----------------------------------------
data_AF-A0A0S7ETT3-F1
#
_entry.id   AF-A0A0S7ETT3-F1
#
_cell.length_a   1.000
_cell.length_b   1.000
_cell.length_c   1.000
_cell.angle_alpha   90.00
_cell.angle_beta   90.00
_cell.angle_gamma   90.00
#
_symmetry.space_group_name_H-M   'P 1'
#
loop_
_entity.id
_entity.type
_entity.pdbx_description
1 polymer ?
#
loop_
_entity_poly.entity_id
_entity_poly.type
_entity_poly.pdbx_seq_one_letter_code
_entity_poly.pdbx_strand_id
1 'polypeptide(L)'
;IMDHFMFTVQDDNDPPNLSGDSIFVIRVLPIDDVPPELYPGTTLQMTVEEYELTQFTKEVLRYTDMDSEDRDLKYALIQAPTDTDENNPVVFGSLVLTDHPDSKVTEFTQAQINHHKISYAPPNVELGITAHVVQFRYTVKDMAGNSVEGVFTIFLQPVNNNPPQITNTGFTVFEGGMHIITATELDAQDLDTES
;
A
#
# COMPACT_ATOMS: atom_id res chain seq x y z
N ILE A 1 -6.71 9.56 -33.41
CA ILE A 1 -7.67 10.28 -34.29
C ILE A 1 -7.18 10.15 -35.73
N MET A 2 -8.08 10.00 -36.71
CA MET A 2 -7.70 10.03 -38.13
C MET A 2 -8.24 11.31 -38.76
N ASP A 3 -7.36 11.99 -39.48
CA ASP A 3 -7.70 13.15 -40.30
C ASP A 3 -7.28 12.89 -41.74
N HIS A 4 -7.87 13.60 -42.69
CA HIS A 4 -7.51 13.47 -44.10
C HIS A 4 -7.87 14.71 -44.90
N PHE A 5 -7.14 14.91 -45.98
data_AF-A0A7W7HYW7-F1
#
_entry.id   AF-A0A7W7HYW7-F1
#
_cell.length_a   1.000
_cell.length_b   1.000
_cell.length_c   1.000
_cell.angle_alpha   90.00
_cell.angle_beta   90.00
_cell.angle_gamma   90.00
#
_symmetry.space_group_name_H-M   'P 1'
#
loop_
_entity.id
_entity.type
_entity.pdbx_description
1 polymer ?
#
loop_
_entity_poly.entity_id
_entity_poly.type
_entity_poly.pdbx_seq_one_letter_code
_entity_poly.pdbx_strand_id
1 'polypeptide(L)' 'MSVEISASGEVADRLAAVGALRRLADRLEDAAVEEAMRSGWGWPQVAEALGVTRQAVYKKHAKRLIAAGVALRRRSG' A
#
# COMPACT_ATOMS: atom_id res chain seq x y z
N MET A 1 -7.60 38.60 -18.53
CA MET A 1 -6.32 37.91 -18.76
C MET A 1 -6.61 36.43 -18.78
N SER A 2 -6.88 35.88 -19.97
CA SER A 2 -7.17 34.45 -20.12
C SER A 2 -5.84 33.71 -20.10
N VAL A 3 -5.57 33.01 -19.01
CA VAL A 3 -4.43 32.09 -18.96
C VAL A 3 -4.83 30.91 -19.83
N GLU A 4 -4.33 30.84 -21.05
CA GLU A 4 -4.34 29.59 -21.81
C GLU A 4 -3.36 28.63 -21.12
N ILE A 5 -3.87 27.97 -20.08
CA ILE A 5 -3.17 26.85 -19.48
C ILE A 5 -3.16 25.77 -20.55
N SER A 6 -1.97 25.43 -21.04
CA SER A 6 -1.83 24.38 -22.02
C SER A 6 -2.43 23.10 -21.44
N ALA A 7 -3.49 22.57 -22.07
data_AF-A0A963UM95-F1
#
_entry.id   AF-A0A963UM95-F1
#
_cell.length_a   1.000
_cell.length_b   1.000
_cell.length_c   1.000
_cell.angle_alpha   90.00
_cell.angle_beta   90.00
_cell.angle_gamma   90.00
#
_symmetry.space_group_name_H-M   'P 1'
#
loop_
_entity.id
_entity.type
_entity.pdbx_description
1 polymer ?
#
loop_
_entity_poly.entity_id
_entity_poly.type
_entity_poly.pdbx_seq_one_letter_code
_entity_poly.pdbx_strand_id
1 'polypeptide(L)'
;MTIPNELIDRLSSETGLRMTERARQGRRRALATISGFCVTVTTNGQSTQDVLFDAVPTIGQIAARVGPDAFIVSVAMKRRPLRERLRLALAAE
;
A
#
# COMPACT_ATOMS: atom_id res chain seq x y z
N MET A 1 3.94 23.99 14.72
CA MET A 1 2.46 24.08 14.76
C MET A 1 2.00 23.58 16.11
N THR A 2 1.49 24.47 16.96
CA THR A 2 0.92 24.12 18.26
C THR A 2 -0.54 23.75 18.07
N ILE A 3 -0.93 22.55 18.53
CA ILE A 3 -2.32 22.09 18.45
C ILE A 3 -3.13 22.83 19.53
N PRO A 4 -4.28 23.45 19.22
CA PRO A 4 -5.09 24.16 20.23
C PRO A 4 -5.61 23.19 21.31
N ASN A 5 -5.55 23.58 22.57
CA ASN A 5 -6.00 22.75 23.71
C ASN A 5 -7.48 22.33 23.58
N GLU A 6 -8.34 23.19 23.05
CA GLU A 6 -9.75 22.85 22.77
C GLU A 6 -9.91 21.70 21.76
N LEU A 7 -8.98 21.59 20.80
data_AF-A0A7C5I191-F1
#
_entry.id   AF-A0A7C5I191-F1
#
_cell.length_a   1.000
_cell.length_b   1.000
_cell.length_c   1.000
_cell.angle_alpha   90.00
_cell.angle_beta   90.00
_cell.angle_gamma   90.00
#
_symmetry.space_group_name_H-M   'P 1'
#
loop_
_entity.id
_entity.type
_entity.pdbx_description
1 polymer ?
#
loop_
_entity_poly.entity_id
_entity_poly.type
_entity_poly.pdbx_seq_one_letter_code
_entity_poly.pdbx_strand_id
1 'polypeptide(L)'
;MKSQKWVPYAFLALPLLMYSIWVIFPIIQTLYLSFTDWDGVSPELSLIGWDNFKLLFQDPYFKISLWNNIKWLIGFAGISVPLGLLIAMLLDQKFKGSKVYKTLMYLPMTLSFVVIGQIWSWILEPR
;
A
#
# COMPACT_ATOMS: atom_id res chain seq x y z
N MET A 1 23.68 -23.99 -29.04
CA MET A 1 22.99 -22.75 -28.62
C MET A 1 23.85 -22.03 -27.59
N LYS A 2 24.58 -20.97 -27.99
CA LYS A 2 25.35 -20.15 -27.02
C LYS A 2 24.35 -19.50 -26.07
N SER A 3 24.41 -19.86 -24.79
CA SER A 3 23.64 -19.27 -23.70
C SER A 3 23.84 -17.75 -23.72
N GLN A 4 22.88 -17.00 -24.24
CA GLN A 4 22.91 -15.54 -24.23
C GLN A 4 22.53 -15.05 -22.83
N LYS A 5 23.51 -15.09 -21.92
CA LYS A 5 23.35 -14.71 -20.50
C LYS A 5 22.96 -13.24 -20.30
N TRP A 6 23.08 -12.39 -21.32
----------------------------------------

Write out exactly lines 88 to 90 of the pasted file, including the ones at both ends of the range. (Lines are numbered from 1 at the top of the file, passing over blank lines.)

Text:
C SER A 6 -2.43 23.10 -21.44
N ALA A 7 -3.49 22.57 -22.07
data_AF-A0A963UM95-F1